The outgoing U.S. ambassador to Israel (search) said in an interview broadcast Sunday that President George W. Bush will back a request by Israel to keep larger West Bank settlement areas under its control in a permanent peace agreement with the Palestinians.

Palestinians reacted with anger to the comments, saying they would only encourage Israel to pre-empt final status negotiations.

Ambassador Daniel Kurtzer (search), who completed his term Friday, cited an April 2004 letter from Bush to Israeli Prime Minister Ariel Sharon (search), setting out the U.S. position on settlements.

"The policy is exactly what the president said," Kurtzer said in the prerecorded interview. "In the context of a final status agreement, the United States will support the retention by Israel of areas with a high concentration of Israeli population."

Kurtzer's language went slightly further than the original Bush letter, which did not speak of Israel retaining territory it captured in the 1967 Middle East war but said only that a return to the prewar borders of 1949 was unlikely.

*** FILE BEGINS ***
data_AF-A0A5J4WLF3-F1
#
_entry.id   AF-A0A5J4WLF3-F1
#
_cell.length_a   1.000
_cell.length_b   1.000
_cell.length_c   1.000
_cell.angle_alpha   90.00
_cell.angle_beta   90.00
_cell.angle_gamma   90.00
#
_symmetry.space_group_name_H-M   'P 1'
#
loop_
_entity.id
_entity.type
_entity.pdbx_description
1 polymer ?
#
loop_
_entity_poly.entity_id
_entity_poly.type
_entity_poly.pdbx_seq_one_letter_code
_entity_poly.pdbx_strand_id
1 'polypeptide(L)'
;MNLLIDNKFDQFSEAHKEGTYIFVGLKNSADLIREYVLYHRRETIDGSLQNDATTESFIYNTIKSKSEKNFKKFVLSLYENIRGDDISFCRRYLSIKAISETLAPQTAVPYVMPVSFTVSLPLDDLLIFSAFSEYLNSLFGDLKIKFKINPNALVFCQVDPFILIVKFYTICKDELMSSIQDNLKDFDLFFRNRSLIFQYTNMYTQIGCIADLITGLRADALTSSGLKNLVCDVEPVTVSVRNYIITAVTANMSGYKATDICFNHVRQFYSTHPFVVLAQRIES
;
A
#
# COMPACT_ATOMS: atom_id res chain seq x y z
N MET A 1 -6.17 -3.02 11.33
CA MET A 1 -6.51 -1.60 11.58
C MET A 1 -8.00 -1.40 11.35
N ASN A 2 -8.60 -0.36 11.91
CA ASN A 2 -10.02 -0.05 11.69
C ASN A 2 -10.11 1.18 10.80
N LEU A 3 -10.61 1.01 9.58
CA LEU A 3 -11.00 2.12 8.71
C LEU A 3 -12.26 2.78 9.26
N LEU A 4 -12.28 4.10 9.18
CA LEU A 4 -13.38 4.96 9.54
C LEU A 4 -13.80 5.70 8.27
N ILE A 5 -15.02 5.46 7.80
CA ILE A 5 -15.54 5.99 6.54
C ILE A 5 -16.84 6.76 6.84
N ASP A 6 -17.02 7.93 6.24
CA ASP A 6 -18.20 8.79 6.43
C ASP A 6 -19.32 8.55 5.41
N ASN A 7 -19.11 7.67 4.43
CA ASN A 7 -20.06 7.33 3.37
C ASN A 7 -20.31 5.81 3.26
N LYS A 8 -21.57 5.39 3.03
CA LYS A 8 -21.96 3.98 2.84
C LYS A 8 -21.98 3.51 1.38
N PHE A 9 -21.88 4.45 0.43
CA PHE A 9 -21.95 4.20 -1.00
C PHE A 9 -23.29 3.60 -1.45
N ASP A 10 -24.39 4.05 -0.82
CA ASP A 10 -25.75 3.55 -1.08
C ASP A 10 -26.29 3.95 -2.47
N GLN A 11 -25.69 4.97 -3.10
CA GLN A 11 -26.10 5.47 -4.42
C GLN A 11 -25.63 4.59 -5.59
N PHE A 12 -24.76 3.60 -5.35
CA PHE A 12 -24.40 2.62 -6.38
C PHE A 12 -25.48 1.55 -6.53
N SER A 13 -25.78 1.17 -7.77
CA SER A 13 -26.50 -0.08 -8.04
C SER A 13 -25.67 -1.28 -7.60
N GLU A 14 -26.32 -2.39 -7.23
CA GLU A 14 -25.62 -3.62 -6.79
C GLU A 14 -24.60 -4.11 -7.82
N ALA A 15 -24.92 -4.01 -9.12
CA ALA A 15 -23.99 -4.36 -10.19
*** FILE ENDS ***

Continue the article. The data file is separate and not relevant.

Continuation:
"In light of new realities on the ground, including already existing major Israeli populations centers, it is unrealistic to expect that the outcome of final status negotiations will be a full and complete return to the armistice lines of 1949," Bush wrote in the letter handed to Sharon during a visit to Washington on April 14 last year.

In a letter he handed Bush in exchange, Sharon pledged to dismantle settlement outposts put up since March 2001 and limit expansion of existing settlements.

A senior Palestinian official, Saeb Erekat (search), said that the United States should remain unbiased in matters related to the final peace agreement between the sides.

"I believe this pre-empts and prejudges issues that are reserved for final status negotiations," Erekat said. "Any talk of pre-empting and prejudging is counterproductive to the peace process."

Kurtzer, who is leaving the State Department for an academic post, is to be succeeded by Richard H. Jones (search), due to arrive in Israel later Sunday. Jones has served in his three-decade career in four Arab countries and speaks fluent Arabic, U.S. Embassy spokesman Stewart Tuttle said.

Jones told the Senate Foreign Affairs Committee he believes Palestinian leader Mahmoud Abbas (search) will rein in the militant group Hamas (search), as required in a U.S.-backed peace plan. Jones will present his credentials on Sept. 26, Tuttle said.